Personal Tracking System Exposes Whereabouts, User Data

A recent security advisory for the EV-07S GPS tracker device shows technical and design flaws that allow remote resets, access to user data and access to sensitive data it sends to the server.

Produced by Eview, EV-07S GPS tracker is made to track children, medical patients or the elderly in real time. It is also used by the Colombian government as a “panic button” for individuals working in high-risk environments (activists, journalists) at risk of attacks or kidnapping.

Deral Heiland of Rapid7 discovered the problems as part of an independent security audit requested by the Associated Press. The researcher revealed seven vulnerabilities, exploitable via different vectors. Three of them can be exploited without authentication and lead to serious risks, including remote reset of the device to factory defaults, altering real tracking data and access to user information (TrackerID, device IMEI, account name).

The advisory notes that, to reset the device to factory settings, an attacker would only need the phone number registered with the targeted EV-07S and then to send the “RESET” command via SMS. Short messages can then be used to reconfigure the tracker to the attacker’s needs. This is actually the intended behavior of the manufacturer, as described in the user’s manual.

While assessing the security of EV-07S, Heiland found that it communicates with the web application over an unencrypted channel, sending the device IMEI and GPS data in plain text. Not only could attackers harvest these details, but they could also inject false data and make the owner of the panic button seem to be at an incorrect location.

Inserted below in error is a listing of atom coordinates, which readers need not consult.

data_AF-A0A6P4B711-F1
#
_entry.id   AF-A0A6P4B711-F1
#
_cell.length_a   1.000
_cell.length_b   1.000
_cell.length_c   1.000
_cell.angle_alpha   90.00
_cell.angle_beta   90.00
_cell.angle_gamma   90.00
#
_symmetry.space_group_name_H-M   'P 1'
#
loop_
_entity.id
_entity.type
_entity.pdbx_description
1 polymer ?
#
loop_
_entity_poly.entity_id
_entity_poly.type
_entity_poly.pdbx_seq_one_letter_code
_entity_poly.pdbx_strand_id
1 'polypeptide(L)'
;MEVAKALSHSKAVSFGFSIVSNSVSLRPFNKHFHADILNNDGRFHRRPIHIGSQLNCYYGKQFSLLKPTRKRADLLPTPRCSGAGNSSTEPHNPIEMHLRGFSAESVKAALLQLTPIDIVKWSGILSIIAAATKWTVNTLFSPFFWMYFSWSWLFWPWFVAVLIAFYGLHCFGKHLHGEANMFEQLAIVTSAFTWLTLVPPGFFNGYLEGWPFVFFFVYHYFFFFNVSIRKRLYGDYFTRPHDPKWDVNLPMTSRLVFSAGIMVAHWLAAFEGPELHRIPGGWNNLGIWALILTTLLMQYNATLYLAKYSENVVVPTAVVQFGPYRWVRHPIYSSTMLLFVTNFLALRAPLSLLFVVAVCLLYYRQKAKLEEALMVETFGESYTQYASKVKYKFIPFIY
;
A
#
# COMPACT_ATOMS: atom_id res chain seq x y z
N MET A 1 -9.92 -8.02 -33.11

“A malicious actor can gain access to user data including account name, TrackerID and device IMEI id. This is done by posting userId=5XXXX&trackerName=&type=allTrackers with a the target’s userID number to the API  at,” reads the Rapid7 report. Someone logged into their account can also access configuration and GPS information of other users of the service, by simply guessing a valid userID, IMEI or TrackerID.

Eview’s tracker is equipped with a wireless chip to send the data out, a microphone and receiver, and an SOS button to call for help in case of emergency. Given these capabilities, it is easy to suspect that the device can be used to listen in on the targets, not just learn or modify their physical location.

Photo credit: Eview

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